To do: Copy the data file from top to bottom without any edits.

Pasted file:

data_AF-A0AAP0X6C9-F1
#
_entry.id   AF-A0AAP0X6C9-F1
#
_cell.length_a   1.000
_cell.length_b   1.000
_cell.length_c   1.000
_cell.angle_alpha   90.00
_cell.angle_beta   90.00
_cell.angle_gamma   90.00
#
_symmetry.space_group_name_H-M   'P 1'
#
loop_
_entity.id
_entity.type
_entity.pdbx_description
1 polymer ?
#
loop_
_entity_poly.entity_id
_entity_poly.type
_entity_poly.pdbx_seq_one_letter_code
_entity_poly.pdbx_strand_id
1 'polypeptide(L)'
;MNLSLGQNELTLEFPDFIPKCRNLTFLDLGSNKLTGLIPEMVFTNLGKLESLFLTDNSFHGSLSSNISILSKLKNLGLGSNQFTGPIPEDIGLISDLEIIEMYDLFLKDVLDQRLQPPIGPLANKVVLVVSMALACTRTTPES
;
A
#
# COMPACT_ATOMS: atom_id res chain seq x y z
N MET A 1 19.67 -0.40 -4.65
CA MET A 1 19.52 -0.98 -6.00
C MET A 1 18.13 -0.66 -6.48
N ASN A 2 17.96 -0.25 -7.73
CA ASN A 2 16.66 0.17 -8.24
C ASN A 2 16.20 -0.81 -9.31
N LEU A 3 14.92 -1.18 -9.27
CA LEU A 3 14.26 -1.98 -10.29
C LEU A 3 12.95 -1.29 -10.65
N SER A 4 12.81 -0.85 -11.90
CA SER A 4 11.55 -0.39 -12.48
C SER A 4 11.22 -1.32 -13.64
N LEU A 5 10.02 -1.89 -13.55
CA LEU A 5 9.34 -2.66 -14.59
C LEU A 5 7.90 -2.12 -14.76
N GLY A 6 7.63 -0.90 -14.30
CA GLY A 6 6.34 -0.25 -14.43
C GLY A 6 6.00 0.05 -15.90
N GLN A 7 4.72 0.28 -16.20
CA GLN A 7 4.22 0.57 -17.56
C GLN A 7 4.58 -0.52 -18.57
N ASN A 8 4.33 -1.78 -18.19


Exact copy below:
data_AF-A0AAP0X6C9-F1
#
_entry.id   AF-A0AAP0X6C9-F1
#
_cell.length_a   1.000
_cell.length_b   1.000
_cell.length_c   1.000
_cell.angle_alpha   90.00
_cell.angle_beta   90.00
_cell.angle_gamma   90.00
#
_symmetry.space_group_name_H-M   'P 1'
#
loop_
_entity.id
_entity.type
_entity.pdbx_description
1 polymer ?
#
loop_
_entity_poly.entity_id
_entity_poly.type
_entity_poly.pdbx_seq_one_letter_code
_entity_poly.pdbx_strand_id
1 'polypeptide(L)'
;MNLSLGQNELTLEFPDFIPKCRNLTFLDLGSNKLTGLIPEMVFTNLGKLESLFLTDNSFHGSLSSNISILSKLKNLGLGSNQFTGPIPEDIGLISDLEIIEMYDLFLKDVLDQRLQPPIGPLANKVVLVVSMALACTRTTPES
;
A
#
# COMPACT_ATOMS: atom_id res chain seq x y z
N MET A 1 19.67 -0.40 -4.65
CA MET A 1 19.52 -0.98 -6.00
C MET A 1 18.13 -0.66 -6.48
N ASN A 2 17.96 -0.25 -7.73
CA ASN A 2 16.66 0.17 -8.24
C ASN A 2 16.20 -0.81 -9.31
N LEU A 3 14.92 -1.18 -9.27
CA LEU A 3 14.26 -1.98 -10.29
C LEU A 3 12.95 -1.29 -10.65
N SER A 4 12.81 -0.85 -11.90
CA SER A 4 11.55 -0.39 -12.48
C SER A 4 11.22 -1.32 -13.64
N LEU A 5 10.02 -1.89 -13.55
CA LEU A 5 9.34 -2.66 -14.59
C LEU A 5 7.90 -2.12 -14.76
N GLY A 6 7.63 -0.90 -14.30
CA GLY A 6 6.34 -0.25 -14.43
C GLY A 6 6.00 0.05 -15.90
N GLN A 7 4.72 0.28 -16.20
CA GLN A 7 4.22 0.57 -17.56
C GLN A 7 4.58 -0.52 -18.57
N ASN A 8 4.33 -1.78 -18.19